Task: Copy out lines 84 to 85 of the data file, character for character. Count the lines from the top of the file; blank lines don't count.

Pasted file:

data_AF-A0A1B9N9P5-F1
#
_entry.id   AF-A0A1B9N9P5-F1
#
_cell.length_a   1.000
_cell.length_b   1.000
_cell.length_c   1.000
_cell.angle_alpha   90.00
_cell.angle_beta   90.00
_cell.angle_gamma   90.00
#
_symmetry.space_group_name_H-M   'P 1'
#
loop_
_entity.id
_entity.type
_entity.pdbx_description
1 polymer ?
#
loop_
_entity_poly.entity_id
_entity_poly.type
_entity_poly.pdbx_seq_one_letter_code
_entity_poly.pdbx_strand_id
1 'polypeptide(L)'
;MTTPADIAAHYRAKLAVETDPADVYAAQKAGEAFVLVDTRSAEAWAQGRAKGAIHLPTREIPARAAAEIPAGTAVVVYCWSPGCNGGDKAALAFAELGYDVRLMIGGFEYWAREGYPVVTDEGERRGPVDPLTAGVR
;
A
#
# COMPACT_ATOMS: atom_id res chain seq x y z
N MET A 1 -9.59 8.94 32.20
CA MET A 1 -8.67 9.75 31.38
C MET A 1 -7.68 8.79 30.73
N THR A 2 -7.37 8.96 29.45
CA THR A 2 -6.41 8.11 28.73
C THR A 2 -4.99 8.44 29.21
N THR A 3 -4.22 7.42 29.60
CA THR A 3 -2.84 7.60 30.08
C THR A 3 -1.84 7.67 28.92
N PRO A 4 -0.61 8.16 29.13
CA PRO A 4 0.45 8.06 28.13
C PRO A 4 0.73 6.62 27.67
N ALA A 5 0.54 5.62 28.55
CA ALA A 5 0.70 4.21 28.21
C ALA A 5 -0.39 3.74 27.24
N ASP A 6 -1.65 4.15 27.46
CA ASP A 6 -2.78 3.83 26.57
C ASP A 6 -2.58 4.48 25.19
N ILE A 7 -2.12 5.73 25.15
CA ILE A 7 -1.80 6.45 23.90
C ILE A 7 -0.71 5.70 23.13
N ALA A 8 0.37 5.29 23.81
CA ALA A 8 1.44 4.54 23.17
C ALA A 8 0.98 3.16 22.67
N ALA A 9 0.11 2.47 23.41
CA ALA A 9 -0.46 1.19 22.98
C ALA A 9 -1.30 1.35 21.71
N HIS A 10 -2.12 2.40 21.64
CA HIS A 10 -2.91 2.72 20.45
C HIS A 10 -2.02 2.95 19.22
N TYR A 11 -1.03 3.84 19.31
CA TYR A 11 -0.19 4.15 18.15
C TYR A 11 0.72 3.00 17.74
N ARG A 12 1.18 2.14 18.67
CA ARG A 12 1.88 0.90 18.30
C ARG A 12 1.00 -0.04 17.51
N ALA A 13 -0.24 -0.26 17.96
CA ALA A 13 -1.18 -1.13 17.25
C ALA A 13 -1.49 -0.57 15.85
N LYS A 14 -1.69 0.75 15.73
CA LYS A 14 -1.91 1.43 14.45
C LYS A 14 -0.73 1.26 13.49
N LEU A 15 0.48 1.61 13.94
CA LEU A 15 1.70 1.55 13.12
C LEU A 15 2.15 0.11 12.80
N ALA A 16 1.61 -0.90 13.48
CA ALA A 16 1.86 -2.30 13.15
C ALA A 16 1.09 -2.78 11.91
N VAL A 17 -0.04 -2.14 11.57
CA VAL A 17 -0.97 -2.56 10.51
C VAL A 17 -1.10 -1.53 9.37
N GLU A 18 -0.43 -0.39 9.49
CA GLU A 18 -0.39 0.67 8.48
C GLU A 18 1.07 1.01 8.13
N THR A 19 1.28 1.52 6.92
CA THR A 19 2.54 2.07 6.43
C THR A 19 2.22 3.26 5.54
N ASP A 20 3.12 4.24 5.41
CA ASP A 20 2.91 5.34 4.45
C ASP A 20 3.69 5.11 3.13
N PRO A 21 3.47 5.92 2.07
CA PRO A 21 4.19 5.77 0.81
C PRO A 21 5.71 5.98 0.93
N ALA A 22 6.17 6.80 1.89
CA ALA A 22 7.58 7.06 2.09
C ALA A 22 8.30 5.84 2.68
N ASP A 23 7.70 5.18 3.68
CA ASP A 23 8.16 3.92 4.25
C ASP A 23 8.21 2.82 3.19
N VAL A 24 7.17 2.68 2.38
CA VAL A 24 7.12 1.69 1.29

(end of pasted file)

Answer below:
C GLU A 18 1.07 1.01 8.13
N THR A 19 1.28 1.52 6.92